"Even though a lot of folks are saying this race is over, the people in Louisiana said, 'No, it's not.' They still want to see someone who they can trust, someone who's not running an Etch a Sketch campaign, but one who has their principals written on their heart, not on an erasable tablet," Santorum said Sunday on CBS' "Face the Nation". "And I think that's what helped us deliver the win in Louisiana, and I think we're going to do very well up here in Wisconsin, too."
But it's going to be a tough fight, for sure.
Romney remains far ahead with 568 delegates to Santorum's 273, according to an Associated Press tally. Newt Gingrich follows with 135 and Ron Paul has 50.
Obama to issue blunt appeal to China as N. Korean threat looms over summit
SEOUL, South Korea (AP) -- Trying to muscle North Korea toward peace over provocation, President Barack Obama is broadening his squeeze play from the heart of this tensely divided peninsula, pressuring China to show more influence and warning North Korea that it is headed toward a crippling "dead end" of isolation.
From this capital teeming with pride, Obama sought for a second day Monday to contrast the success of the South to the impoverished North, whose nuclear and missile tests have kept its neighbor on edge and itself on the wrong side of the world community. Already, he said, looking into the North from near the border was like witnessing a "time warp" of despair.
In a speech at Hankuk University, one of Seoul's top-ranked schools, Obama will campaign against the spread of nuclear material and weaponry with North Korea's shadow figuring large. The North plans to launch a satellite with a long-range rocket next month against fierce objections from world powers, as the same technology could be used to fire a missile.
Obama will also try to build diplomatic force by turning to China, North Korea's main ally, when he meets with Chinese President Hu Jintao. That conversation is among a flurry of engagements for Obama, including a final meeting with departing Russian President Dmitry Medvedev, on the sidelines of a major Nuclear Security Summit.
In a news conference here Sunday, Obama challenged North Korea's pride and its plans, questioning whether its new, young leader, Kim Jong Un, was even truly in charge. Obama's trip comes as North Koreans mark the end of the 100-day mourning period for longtime leader Kim Jong Il, who died of a heart attack in December.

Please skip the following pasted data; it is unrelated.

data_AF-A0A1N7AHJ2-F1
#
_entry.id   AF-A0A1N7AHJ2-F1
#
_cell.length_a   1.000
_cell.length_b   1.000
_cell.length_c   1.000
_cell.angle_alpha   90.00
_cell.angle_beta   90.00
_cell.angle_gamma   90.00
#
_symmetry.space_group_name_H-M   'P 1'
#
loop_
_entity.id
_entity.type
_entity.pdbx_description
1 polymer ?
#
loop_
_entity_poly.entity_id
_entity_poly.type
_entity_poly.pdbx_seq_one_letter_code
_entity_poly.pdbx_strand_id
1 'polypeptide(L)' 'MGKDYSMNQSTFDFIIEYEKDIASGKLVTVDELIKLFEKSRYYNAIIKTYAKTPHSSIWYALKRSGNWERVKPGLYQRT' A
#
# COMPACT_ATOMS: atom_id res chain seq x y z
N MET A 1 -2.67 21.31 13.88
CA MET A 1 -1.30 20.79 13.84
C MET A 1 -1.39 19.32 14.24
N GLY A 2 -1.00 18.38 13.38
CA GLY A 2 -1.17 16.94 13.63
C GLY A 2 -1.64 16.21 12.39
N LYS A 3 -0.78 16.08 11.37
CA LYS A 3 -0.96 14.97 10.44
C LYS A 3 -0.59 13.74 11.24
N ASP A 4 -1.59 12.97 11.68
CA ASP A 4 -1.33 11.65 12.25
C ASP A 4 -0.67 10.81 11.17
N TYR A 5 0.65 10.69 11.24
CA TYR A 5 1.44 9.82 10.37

French gunman's brother hit with preliminary terror and murder charges; denies role
PARIS (AP) -- A Frenchman suspected of helping his brother plot attacks against Jewish schoolchildren and paratroopers was handed preliminary murder and terrorism charges Sunday.
But Abdelkader Merah denied any role in the attacks. Investigators looking into France's worst terror attacks in years believe Merah helped his brother Mohamed prepare the killings, and are investigating whether they were linked to an international network of extremists or worked on their own.
Abdelkader's lawyer said he feels like "a scapegoat."
"No one knew anything" about what Mohamed was plotting, lawyer Anne-Sophie Laguens told reporters in Paris. She dismissed reports that Abdelkader had praised his brother's attacks. "He was never proud of those actions."
Mohamed Merah, 23, claimed responsibility for killing three Jewish schoolchildren, a rabbi and three paratroopers earlier this month. After a 32-hour standoff with police, he died Thursday in a hail of gunfire as he jumped out a window of his apartment in the southern city of Toulouse.
Supreme Court ruling on Obama's health care law: Legal winner may not be political winner
WASHINGTON (AP) -- The Supreme Court's ruling on the constitutionality of President Barack Obama's health care overhaul is likely to shake the presidential election race in early summer. But the winners in the court will not necessarily be the winners in the political arena.
No doubt, a decision to throw out the entire law would be a defeat for Obama. His judgment and leadership, even his reputation as a former constitutional law professor, would be called into question for pushing through a contentious and partisan health insurance overhaul only to see it declared unconstitutional by the court.
But it would not spell certain doom for his re-election. In fact, it would end the GOP argument that a Republican president must be elected to guarantee repeal of the law. It also could re-energize liberals, shift the spotlight onto insurance companies and reignite a debate about how to best provide health care.